There’s a lot of talk these about returning America to a better, more peaceful and prosperous time. The problem is that not everyone enjoyed those times as much as the people wishing to return to them did. Still, if we’re talking about returning to those days musically, well, that’s really not such a bad idea after all.
The Del-Vikings were serving the nation in the Air Force when they got together in 1955, all stationed in Pittsburgh. The original lineup consisted of Clarence Quick, Kripp Johnson, Don Jackson, Samuel Paterson, Bernard Robertson, and Clarence Harvey Ringo. The problem is that being a group made up exclusively of members of the military, transfers were likely to disrupt the lineup. And that’s exactly what happened when Paterson and Robertson were sent to Germany.
Suitable replacements were found in tenor singer Norman Wright and baritone David Lerchey. It was Lerchey’s inclusion the Del-Vikings that began to make things interesting, because Lerchey, unlike the rest of the group, was white. Remember, this was 1955, that beautiful bygone era when things weren’t so beautiful for everyone.
Just how they got their name is not certain. Clarence Harvey Ringo always insisted that he and Clarence Quick had been at the base library reading about Vikings and that the Del got stuck on the front to provide a little mystery. There are other claims about how the name came to be, but we’ll stick with Ringo’s version for our purposes.
In 1956, the Del-Vikings got a deal with a little label called Fee-Bee, and in December of that year, they released their debut single, “Come Go With Me.” The song was written by Quick, and Wright sang the lead vocal. As often happened in those days, a larger company, in this case Dot Records, noticed the action that the single was getting locally, and made a deal with Fee-Bee to distribute it nationally. The Dot re-release shot the single into Billboard’s Top 10, peaking at #4, and helped the record to become a million-selling gold disc winner.
Soon after that, Jackson left the group and was replaced by Gus Backus, further integrating the lineup. As it turned out, all of the Del-Vikings, except Johnson, had been under 21 when they signed the Fee-Bee contract, which gave them the right to bail on it. They quickly decamped to Mercury Records, leaving Johnson behind as he was still under contract to Fee-Bee. The problem was that Johnson laid claim to the name, and suddenly there were two groups of Del-Vikings.
The original lineup replaced Johnson with William Blakely and released the single “Cool Shake” with Backus singing lead. The single almost reached the Top 10, peaking at #12. Meanwhile, Johnson added Don Jackson, Chuck Jackson (yes, that Chuck Jackson), Arthur Budd, and Ed Everette. That group was cleverly called the Dell Vikings, and they released a single called “I’m Spinning.” Their follow-up single, “Whispering Bells” reached #9 on the Pop chart.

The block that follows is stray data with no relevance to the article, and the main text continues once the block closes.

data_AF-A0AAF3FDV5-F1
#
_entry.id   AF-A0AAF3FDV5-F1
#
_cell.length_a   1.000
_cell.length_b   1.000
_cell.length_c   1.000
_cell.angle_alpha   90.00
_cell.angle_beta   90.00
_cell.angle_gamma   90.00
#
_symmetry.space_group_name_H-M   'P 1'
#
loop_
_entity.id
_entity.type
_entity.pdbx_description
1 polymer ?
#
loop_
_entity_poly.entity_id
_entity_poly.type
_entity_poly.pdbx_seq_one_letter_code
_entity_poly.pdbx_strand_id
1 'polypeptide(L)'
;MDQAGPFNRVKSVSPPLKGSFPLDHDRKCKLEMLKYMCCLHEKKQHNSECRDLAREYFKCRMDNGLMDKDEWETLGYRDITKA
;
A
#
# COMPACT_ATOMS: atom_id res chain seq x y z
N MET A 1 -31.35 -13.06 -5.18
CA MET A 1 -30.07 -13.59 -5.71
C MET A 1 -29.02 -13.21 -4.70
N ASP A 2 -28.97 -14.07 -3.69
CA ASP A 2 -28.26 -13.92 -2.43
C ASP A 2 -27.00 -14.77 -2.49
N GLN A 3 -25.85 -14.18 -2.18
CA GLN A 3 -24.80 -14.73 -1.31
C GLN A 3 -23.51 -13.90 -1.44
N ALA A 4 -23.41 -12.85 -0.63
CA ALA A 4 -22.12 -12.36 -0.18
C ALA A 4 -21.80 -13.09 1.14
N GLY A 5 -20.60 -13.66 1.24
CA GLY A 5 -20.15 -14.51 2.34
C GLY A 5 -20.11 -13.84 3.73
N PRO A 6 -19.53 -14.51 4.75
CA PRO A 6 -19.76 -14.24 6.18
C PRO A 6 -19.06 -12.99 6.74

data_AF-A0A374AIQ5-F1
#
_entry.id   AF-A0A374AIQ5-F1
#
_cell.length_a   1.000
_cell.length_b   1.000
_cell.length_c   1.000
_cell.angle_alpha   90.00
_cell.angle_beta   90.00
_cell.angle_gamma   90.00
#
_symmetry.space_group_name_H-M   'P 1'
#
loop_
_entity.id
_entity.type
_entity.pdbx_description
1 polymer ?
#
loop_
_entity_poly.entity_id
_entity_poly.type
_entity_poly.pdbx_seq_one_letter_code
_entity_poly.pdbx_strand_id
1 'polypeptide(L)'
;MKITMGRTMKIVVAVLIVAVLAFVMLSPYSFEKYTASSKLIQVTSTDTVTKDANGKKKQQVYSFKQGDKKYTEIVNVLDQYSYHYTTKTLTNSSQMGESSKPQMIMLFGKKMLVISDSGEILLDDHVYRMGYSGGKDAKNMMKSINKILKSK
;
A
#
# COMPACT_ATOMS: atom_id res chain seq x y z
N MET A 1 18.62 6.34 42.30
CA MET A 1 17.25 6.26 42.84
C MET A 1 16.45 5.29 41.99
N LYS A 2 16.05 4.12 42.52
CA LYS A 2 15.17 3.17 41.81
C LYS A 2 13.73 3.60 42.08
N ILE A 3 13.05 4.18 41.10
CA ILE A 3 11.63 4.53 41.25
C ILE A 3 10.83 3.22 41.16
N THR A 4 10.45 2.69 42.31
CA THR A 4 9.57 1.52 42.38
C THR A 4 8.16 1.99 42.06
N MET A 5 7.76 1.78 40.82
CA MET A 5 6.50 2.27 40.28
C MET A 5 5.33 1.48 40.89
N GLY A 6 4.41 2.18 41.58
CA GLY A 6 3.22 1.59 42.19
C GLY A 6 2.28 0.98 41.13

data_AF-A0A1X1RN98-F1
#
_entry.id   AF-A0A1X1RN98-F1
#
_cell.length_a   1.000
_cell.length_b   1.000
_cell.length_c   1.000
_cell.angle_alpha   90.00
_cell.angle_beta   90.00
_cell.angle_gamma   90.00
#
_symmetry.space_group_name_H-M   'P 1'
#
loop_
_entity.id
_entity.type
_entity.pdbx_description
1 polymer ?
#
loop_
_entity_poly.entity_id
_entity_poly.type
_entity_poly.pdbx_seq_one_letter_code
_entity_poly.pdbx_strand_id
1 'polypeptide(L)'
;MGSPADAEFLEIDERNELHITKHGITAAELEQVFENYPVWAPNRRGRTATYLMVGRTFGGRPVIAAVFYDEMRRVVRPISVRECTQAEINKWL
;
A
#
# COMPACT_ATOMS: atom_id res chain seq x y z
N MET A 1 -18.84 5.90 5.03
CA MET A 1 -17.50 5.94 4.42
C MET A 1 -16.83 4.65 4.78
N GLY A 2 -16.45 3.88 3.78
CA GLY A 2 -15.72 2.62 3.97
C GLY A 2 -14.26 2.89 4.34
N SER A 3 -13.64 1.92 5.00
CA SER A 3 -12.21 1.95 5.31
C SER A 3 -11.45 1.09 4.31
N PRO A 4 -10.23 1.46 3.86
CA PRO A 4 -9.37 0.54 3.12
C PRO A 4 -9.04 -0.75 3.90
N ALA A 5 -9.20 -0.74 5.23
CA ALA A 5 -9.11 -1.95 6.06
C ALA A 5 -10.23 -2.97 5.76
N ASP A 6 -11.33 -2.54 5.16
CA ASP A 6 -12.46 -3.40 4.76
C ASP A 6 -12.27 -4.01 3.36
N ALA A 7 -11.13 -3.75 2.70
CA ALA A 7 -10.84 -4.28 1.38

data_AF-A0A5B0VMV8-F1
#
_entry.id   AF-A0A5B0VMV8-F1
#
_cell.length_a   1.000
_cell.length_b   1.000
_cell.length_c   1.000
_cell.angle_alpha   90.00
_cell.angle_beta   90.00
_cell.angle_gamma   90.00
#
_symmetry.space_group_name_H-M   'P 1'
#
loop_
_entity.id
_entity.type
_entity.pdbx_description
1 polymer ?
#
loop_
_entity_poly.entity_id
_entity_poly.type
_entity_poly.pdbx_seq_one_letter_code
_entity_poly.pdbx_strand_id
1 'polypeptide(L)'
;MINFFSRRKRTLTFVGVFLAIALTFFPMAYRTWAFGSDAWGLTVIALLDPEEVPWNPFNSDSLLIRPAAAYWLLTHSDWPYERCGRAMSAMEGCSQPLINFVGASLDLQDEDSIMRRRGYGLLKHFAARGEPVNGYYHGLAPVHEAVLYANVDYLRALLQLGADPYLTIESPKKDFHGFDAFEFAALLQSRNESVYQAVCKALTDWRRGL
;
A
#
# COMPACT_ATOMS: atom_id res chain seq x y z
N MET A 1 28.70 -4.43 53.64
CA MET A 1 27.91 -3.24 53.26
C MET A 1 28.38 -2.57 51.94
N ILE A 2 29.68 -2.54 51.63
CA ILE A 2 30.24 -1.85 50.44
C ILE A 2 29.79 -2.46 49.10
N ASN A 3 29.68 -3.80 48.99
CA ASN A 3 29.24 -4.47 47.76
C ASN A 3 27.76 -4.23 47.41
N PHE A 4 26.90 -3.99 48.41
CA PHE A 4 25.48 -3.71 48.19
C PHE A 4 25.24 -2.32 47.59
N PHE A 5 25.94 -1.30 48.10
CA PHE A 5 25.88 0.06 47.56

Interestingly, Johnson’s group recorded for Dot, the label that had so much success with the original Del-Vikings lineup. The advantage that Johnson’s group had was that he was no longer in the Air Force and could tour at will, while the original lineup, still in the military, had to get special permission. Eventually, Mercury Records sued Johnson, et. al. over the name, and suddenly the Dell Vikings were forced to become the Versatiles. But the Versatiles didn’t last long, and the Del-Vikings weren’t faring much better. Backus was transferred, leaving them a quartet. They broke up, but Quick put together a new lineup with Pittsburgh guys Billie Woodruff, Willie Green, Douglass White, and Ritzy Lee.
After the Versatiles called it a day, Johnson came back to the Del-Vikings, and the sextet signed to ABC-Paramount Records. Despite having the core of the original group back in the fold, no more chart hits were forthcoming, and by 1965 the Del-Vikings were history, or so it seemed. Five years later, they were back with a lineup that looked very much like the original, with Quick, Johnson, Wright, Lerchey, and Blakely. Their work in that era consisted mainly of re-recording their old hits for Scepter Records, including a new version of “Come Go With Me.”
If you think the story of the Del-Vikings has been complicated to this point, it got even more complicated after that. Members came and went through the ’70s, with Quick being the only original member at one point. In 1980, Johnson even restarted his Dell Vikings again, this time with Lerchey in the lineup. When Johnson died in 1990, Lerchey carried on with Wright, Lee, and John Byas, playing mostly casinos and cruise ships.
Wright eventually left, and Lerchey retired for awhile but put together another Del-Vikings lineup in the mid-’90s, and that lasted until Lerchey died in 2005. If you guessed that there are still Del-Vikings out there touring, you’d be right, but there are no members whose names you would recognize from the group’s earlier history. Louis Velez, who joined the group in the ’80s, and passed away in 2008, was probably the last member who had been associated with anyone from the original lineup.
What is the legacy of the Del-Vikings? Musically they gave us one of the most indelible records in the history of rock and roll, “Come Go With Me,” was well as several other hits. More importantly, they achieved success with an integrated lineup at a time when something like that was far from the norm.